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Control of Nitrogen Oxides. Forms of nitrogen. Nitrogen forms different oxides. NO and NO 2 are principal air pollution interests (NOx). N 2 O N 2 O 3 N 2 O 5 N 2 O 4 N 2 O 2. NO X and SO X : similarities. Emissions of Nitrogen oxides. Relatively higher contribution. Pros and cons.

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forms of nitrogen
Forms of nitrogen
  • Nitrogen forms different oxides.
  • NO and NO2 are principal air pollution interests (NOx).
  • N2O
  • N2O3
  • N2O5
  • N2O4
  • N2O2
emissions of nitrogen oxides
Emissions of Nitrogen oxides

Relatively higher contribution

reactions of nitrogen oxides
Reactions of Nitrogen oxides

Concentration (ppm)

slide9
NO+HC+O2+sunlight NO2 +O3
  • NO2 +h O+NO (2)
  • O+O2+M O3+M (3)
  • NO+O3 NO2+O2 ozone is consumed
  • In the presence of VOC
  • VOC+2NO+O2H2O+RCHO+2NO2(1)
  • NO is converted to NO2 without consuming ozone
no and no 2 equilibrium
NO and NO2 equilibrium
  • N2+O2 2NO
  • They are reversible reactions
slide11

N2+O22NO

  • NO+1/2O2NO2

Increase with T

Decrease with T

conclusions
Conclusions
  • If the only mechanism is the chemical equilibrium, we should have less than a ppb of NO and NO2. However concentrations of NO and NO2 exceed this values in urban atmospheres… So equilibrium does not explain alone the observed concentrations.
  • The equilibrium concentration of NO increase rapidly with temperature.
  • At low temperatures equilibrium concentration of NO2 is much higher than that of NO.
  • Flames and lightning strikes are major sources of NO
thermal prompt and fuel nox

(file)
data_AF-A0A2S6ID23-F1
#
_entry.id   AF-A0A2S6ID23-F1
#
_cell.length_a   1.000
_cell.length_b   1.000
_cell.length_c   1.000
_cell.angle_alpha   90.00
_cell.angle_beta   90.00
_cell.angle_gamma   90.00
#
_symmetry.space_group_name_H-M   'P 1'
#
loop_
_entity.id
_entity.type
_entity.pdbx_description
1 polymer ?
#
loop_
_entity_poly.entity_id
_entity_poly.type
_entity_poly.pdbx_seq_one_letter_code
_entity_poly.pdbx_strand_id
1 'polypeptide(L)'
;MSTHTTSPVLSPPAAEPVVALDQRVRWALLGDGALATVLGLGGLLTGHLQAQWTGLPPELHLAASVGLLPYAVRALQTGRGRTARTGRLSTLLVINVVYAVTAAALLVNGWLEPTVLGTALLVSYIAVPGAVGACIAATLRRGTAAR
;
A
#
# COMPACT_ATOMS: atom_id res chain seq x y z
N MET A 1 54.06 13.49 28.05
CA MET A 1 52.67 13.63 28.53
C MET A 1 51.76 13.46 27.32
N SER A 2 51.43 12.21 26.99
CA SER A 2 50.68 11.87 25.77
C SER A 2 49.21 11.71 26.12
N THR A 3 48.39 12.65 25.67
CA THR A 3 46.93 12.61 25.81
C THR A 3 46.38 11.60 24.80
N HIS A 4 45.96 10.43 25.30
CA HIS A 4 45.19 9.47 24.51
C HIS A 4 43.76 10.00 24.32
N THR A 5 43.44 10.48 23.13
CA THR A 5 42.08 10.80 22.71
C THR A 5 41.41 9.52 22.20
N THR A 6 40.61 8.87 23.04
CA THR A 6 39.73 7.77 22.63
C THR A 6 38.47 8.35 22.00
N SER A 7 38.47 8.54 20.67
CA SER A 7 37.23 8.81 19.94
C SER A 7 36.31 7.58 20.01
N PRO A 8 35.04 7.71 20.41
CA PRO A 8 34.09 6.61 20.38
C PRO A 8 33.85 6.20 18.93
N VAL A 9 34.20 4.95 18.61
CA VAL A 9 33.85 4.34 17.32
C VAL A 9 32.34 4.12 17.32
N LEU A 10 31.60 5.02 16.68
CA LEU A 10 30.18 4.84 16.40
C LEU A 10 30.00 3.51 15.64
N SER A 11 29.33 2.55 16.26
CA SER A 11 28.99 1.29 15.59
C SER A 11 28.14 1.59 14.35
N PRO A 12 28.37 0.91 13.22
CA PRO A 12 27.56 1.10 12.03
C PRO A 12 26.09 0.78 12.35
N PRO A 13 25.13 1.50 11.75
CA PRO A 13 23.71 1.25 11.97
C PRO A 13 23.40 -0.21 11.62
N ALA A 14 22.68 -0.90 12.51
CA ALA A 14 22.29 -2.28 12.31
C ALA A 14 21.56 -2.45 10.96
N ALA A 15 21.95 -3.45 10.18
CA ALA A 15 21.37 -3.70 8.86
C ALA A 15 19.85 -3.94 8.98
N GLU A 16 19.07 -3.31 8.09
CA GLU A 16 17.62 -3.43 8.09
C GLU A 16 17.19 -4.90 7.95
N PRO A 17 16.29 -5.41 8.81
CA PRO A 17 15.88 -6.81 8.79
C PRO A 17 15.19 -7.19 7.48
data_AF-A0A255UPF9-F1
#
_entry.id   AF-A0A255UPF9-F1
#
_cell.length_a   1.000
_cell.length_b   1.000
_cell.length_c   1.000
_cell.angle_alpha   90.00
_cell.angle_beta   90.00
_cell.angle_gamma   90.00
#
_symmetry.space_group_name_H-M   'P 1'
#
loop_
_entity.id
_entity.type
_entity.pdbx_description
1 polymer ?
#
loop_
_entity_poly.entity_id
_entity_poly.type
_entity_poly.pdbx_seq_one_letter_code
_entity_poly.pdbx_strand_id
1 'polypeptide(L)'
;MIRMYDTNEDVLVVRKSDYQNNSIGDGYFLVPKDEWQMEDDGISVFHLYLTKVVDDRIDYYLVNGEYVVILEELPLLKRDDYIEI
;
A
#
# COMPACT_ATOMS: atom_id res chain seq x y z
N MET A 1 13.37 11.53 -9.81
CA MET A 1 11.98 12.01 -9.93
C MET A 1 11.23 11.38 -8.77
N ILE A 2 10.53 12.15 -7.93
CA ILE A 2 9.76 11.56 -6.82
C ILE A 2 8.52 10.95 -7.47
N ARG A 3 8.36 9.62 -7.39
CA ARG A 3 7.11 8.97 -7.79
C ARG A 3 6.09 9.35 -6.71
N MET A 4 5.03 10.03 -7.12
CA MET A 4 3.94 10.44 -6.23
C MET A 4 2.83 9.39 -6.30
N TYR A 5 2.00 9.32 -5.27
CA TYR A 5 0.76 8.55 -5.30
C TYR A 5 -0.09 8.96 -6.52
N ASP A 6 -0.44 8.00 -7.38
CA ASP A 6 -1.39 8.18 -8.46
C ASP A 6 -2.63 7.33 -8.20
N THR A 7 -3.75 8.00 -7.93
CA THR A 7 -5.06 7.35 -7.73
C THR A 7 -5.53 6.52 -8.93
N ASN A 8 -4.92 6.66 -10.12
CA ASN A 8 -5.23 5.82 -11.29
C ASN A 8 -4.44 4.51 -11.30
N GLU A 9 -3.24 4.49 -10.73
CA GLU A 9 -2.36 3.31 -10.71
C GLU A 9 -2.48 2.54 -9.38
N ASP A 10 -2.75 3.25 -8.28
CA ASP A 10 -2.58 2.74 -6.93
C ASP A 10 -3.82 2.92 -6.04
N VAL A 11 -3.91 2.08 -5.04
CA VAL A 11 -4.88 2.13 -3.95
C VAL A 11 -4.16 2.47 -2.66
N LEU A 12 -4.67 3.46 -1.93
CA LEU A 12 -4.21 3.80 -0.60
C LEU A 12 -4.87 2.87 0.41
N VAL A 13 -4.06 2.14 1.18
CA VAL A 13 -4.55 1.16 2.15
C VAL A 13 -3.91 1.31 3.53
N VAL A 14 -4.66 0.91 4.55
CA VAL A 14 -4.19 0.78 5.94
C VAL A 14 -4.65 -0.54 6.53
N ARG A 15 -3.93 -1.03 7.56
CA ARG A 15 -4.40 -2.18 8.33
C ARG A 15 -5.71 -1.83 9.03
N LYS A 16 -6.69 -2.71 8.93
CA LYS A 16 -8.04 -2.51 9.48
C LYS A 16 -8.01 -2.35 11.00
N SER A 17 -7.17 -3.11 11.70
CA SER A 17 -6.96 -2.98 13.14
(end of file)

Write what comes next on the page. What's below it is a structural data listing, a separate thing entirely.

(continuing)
Thermal, Prompt and Fuel NOx
  • Thermal NOx: forms by heating of N2 and O2 in flames
  • Prompt NOx: N2, O2 plus some hydrocarbon species in fuel.
  • Fuel NOx: Conversion of nitrogen in fuel into NOx
thermal no zeldovich mechanism
THERMAL NO (Zeldovich mechanism)
  • N2+O2 2NO
  • N22N
  • O2  2O
  • H2O  H + OH
  • O+ N2  NO+N
  • N+ O2  NO+O
slide18

Reaction Rate is fast. Equilibrium is reached in about 0.3 s. Equilibrium conc. of NO is higher

Equilibrum conc of NO is low. Reaction rate is slow. Even at 30 th second it does not reach equilbrium

remarks zeldovich mechanism
Remarks: Zeldovich mechanism
  • In order to decrease NO
  • Reduce T
  • Reduce O2

At high temperature flames, Zeldovich mechanism predictions are high in accuracy.

  • At lower temperatures it predicts much lower NO concentrations.
prompt no
Prompt NO

Forms due to carbon bearing radicals from the

fuels

CH+ N2HCN +N

N+O2NO+O

NO in low temperature flames are prompt NO and

weekly depend on T.

Prompt NOx formation cannot be prevented in spite

of the temperature and oxygen amount adjustment.

fuel no
FUEL NO
  • Fuels contain little nitrogen.
  • NO due to fuel nitrogen depend on NO/O2 ratio.
  • Lowering O2 lowers the fraction of N converted to NO
control of nox emissions
Control of NOx emissions
  • Modify the process
  • Post flame treatment